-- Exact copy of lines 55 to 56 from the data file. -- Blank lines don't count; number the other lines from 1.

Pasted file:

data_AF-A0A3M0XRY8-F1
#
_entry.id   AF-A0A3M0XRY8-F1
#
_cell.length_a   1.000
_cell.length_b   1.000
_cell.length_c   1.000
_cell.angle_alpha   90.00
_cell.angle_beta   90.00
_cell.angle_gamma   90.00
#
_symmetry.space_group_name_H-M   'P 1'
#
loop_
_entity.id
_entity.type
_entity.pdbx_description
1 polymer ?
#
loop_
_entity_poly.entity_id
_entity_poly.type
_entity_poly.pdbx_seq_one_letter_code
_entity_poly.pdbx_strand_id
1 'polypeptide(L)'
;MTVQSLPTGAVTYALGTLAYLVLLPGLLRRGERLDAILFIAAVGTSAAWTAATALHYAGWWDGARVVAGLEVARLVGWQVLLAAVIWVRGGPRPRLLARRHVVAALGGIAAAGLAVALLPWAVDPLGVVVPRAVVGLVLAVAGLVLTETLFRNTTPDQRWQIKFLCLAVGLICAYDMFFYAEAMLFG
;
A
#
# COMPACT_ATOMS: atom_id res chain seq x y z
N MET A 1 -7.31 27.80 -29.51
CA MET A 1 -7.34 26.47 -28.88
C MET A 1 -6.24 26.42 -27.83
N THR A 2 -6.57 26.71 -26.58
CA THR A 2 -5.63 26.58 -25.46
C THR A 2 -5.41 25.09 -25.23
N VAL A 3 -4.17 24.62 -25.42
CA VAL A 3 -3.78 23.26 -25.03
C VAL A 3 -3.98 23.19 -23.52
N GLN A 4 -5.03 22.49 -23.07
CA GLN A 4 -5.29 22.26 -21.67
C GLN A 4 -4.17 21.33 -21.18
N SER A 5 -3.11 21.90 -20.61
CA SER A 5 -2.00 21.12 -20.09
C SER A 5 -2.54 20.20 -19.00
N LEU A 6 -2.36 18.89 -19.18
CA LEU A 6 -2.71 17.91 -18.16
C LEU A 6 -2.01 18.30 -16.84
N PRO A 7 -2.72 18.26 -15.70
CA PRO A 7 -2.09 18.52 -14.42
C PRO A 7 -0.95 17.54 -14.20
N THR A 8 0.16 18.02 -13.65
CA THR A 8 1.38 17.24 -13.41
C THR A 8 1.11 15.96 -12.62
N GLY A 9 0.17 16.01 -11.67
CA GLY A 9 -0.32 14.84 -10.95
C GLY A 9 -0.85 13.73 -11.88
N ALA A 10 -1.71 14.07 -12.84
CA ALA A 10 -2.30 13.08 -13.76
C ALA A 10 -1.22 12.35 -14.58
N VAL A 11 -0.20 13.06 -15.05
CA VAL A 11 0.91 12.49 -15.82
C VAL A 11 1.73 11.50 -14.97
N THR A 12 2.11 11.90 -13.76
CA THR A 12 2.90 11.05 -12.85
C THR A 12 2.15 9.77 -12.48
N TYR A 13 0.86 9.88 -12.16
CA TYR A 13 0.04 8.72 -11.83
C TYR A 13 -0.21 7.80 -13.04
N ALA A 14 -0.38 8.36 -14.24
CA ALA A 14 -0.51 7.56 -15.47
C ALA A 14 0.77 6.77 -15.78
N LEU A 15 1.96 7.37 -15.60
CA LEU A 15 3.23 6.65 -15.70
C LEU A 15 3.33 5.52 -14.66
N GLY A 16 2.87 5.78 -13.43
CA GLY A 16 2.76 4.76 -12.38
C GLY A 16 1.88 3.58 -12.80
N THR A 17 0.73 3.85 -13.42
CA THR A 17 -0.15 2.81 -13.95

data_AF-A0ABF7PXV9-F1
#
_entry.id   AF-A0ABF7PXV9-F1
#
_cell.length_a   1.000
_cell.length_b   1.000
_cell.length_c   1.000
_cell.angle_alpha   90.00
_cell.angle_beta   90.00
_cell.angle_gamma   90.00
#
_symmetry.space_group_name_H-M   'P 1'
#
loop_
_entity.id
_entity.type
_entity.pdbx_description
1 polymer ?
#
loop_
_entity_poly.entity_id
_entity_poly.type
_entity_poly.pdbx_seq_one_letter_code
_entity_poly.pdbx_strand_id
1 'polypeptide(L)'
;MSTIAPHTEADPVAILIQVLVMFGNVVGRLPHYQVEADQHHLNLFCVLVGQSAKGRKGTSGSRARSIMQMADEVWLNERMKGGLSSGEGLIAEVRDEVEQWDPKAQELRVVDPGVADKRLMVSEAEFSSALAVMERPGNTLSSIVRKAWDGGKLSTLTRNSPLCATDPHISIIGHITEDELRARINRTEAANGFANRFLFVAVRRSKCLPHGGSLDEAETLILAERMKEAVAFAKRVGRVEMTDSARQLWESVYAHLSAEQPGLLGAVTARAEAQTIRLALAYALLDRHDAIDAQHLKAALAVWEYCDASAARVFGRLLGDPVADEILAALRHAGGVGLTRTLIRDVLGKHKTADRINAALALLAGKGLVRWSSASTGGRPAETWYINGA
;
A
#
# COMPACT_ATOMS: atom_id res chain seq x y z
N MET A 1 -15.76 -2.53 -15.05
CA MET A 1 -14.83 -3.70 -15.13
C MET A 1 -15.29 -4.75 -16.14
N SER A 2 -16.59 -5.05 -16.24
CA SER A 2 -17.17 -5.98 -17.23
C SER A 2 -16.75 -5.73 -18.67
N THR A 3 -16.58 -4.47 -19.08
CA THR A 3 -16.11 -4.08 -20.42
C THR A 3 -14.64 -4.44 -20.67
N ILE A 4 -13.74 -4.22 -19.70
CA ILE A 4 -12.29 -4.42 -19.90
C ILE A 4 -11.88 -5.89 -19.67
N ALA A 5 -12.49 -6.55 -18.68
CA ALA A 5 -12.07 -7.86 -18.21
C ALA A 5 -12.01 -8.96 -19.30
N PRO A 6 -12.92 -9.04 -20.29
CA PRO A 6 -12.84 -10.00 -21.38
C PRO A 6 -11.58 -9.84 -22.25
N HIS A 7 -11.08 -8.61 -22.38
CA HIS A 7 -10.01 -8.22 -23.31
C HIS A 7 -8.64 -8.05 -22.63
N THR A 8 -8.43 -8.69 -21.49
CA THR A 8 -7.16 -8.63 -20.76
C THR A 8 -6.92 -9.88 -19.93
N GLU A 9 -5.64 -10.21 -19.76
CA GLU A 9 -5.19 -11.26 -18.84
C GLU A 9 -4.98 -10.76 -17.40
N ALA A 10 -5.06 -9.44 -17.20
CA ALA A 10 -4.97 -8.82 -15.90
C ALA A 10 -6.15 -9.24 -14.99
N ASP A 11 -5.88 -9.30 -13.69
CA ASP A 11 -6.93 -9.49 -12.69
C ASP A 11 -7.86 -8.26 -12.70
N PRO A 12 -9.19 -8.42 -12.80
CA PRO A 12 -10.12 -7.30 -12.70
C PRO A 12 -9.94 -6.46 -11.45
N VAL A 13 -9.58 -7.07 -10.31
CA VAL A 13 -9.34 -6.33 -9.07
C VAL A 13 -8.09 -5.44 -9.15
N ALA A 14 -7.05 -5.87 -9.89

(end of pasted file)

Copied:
N GLY A 9 0.17 16.01 -11.67
CA GLY A 9 -0.32 14.84 -10.95